## Solutions Homework Set # 2 - Physics 122

Problem 1.

Consider a cylindrical Gaussian surface of radius R (where R is larger than the radius r of the insulator) and length L. Because of the symmetry of the charge distribution, the electric field will be directed along the radial direction (perpendicular to the symmetry axis of the insulator). Assume that the magnitude of the electric field at radius R is E(R). The electric flux through this Gaussian surface is equal to: The charge that is enclosed by the Gaussian surface is equal to: where [rho] is the charge density of the insulator. Applying Gauss' Law we conclude that: The electric field E(R) is thus equal to Problem 2.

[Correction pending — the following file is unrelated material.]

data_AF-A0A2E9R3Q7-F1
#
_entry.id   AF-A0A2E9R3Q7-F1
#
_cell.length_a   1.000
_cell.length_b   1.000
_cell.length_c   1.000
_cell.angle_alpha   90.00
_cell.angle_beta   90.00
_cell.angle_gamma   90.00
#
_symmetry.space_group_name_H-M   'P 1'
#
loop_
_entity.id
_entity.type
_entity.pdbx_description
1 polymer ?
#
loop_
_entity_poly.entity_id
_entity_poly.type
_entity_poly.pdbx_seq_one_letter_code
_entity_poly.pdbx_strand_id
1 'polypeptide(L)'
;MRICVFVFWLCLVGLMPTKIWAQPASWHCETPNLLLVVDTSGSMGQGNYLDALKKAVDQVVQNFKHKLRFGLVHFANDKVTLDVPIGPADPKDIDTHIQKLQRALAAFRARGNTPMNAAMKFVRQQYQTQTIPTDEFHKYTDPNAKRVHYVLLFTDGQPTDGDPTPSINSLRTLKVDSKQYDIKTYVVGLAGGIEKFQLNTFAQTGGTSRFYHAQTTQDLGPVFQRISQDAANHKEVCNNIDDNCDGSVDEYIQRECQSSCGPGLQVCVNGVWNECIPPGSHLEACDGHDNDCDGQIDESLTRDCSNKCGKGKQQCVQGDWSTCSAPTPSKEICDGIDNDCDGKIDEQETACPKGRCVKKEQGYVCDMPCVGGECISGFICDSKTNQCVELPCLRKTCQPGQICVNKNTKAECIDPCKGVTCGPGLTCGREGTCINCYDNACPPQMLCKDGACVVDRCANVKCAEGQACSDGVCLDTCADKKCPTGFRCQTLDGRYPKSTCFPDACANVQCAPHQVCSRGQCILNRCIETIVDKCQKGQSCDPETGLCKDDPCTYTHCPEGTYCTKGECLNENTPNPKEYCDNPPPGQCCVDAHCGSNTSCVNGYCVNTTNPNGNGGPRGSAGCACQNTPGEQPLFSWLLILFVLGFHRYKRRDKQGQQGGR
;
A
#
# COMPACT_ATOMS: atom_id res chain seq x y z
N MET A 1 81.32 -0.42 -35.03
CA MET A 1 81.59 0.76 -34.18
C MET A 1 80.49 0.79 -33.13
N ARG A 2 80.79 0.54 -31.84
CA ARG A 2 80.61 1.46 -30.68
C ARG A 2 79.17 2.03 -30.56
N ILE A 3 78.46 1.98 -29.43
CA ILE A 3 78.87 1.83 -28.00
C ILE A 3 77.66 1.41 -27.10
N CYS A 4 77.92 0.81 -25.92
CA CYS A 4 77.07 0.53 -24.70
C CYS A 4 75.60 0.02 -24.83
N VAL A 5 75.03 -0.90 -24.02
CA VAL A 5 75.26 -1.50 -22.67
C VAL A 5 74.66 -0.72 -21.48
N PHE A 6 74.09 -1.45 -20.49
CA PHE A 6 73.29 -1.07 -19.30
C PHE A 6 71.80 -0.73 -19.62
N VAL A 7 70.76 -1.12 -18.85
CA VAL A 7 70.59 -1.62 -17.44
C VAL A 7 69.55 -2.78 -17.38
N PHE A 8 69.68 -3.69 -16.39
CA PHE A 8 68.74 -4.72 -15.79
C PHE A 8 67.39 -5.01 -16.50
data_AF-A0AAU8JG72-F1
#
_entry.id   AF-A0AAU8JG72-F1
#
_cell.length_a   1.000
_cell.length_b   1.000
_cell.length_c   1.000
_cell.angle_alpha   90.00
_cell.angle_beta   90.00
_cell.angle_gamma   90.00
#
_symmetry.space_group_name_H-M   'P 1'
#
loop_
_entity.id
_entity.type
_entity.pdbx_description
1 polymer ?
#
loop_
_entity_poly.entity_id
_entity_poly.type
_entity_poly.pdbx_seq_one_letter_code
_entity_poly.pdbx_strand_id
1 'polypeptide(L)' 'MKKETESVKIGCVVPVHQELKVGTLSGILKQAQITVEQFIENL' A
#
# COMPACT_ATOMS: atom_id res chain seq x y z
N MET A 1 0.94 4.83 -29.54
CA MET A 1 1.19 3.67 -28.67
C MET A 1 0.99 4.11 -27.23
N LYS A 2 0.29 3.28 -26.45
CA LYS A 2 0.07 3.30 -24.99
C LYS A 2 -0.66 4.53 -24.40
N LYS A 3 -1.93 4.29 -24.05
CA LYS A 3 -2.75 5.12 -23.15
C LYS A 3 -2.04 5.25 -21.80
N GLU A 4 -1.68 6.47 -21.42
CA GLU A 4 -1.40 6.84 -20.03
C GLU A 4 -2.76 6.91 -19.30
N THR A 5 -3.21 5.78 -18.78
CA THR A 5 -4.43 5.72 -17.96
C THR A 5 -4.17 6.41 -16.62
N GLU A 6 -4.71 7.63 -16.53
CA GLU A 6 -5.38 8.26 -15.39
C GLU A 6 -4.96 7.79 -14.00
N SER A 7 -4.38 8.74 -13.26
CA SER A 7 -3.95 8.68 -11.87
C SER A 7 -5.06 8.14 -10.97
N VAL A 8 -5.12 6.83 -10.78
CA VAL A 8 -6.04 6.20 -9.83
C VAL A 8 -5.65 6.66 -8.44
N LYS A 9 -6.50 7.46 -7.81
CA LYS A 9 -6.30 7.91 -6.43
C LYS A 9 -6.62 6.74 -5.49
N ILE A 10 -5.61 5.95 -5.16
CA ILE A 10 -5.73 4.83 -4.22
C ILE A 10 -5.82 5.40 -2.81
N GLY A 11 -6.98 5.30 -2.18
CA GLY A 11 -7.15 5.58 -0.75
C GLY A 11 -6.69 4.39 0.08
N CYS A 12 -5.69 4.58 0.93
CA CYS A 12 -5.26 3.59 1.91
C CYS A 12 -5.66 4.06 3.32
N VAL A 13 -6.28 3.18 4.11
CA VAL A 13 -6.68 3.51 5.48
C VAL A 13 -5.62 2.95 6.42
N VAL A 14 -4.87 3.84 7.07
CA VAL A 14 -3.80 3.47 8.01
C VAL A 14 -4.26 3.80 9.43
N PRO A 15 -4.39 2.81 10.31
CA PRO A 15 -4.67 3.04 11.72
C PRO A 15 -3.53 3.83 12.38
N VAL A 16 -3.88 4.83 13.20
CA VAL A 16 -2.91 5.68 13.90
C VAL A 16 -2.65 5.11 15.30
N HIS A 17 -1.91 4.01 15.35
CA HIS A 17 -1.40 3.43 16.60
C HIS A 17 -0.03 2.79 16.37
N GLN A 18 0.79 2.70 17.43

The calculation of the electric field inside the insulator is very similar to the procedure used in problem 1. Consider again a Gaussian surface of radius R (where now R is smaller than the radius r of the insulator). The electric flux though this Gaussian surface is equal to The charge that is enclosed by the Gaussian surface is equal to: Applying Gauss' Law we conclude that: The electric field E(R) is thus equal to Problem 3.